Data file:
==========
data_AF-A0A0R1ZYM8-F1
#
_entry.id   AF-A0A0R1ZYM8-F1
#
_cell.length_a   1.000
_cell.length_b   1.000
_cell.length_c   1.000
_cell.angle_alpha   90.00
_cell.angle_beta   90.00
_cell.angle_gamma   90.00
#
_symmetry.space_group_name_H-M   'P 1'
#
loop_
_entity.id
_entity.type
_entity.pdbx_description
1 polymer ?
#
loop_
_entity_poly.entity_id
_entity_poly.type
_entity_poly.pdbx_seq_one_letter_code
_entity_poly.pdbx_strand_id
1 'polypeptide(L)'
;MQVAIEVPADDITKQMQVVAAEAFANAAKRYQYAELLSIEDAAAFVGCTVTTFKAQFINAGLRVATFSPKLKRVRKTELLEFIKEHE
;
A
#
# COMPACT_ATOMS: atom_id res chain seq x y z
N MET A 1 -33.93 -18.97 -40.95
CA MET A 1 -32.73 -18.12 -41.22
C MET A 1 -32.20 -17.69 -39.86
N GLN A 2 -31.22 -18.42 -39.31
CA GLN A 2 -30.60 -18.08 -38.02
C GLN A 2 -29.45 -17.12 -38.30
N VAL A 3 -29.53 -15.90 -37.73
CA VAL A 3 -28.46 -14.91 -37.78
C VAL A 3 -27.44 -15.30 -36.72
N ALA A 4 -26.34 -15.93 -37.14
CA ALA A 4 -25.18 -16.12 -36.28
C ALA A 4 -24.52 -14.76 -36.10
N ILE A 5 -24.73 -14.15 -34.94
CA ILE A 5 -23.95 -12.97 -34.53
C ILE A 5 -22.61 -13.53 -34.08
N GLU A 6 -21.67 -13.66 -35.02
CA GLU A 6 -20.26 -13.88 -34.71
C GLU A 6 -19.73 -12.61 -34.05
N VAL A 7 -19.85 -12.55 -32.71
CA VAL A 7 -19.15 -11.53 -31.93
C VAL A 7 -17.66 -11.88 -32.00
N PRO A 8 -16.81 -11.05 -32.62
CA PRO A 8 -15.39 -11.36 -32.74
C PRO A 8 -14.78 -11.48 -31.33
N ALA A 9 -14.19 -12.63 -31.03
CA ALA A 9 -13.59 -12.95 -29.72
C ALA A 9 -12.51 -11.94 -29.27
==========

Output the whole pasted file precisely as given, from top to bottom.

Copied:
data_AF-A0A0R1ZYM8-F1
#
_entry.id   AF-A0A0R1ZYM8-F1
#
_cell.length_a   1.000
_cell.length_b   1.000
_cell.length_c   1.000
_cell.angle_alpha   90.00
_cell.angle_beta   90.00
_cell.angle_gamma   90.00
#
_symmetry.space_group_name_H-M   'P 1'
#
loop_
_entity.id
_entity.type
_entity.pdbx_description
1 polymer ?
#
loop_
_entity_poly.entity_id
_entity_poly.type
_entity_poly.pdbx_seq_one_letter_code
_entity_poly.pdbx_strand_id
1 'polypeptide(L)'
;MQVAIEVPADDITKQMQVVAAEAFANAAKRYQYAELLSIEDAAAFVGCTVTTFKAQFINAGLRVATFSPKLKRVRKTELLEFIKEHE
;
A
#
# COMPACT_ATOMS: atom_id res chain seq x y z
N MET A 1 -33.93 -18.97 -40.95
CA MET A 1 -32.73 -18.12 -41.22
C MET A 1 -32.20 -17.69 -39.86
N GLN A 2 -31.22 -18.42 -39.31
CA GLN A 2 -30.60 -18.08 -38.02
C GLN A 2 -29.45 -17.12 -38.30
N VAL A 3 -29.53 -15.90 -37.73
CA VAL A 3 -28.46 -14.91 -37.78
C VAL A 3 -27.44 -15.30 -36.72
N ALA A 4 -26.34 -15.93 -37.14
CA ALA A 4 -25.18 -16.12 -36.28
C ALA A 4 -24.52 -14.76 -36.10
N ILE A 5 -24.73 -14.15 -34.94
CA ILE A 5 -23.95 -12.97 -34.53
C ILE A 5 -22.61 -13.53 -34.08
N GLU A 6 -21.67 -13.66 -35.02
CA GLU A 6 -20.26 -13.88 -34.71
C GLU A 6 -19.73 -12.61 -34.05
N VAL A 7 -19.85 -12.55 -32.71
CA VAL A 7 -19.15 -11.53 -31.93
C VAL A 7 -17.66 -11.88 -32.00
N PRO A 8 -16.81 -11.05 -32.62
CA PRO A 8 -15.39 -11.36 -32.74
C PRO A 8 -14.78 -11.48 -31.33
N ALA A 9 -14.19 -12.63 -31.03
CA ALA A 9 -13.59 -12.95 -29.72
C ALA A 9 -12.51 -11.94 -29.27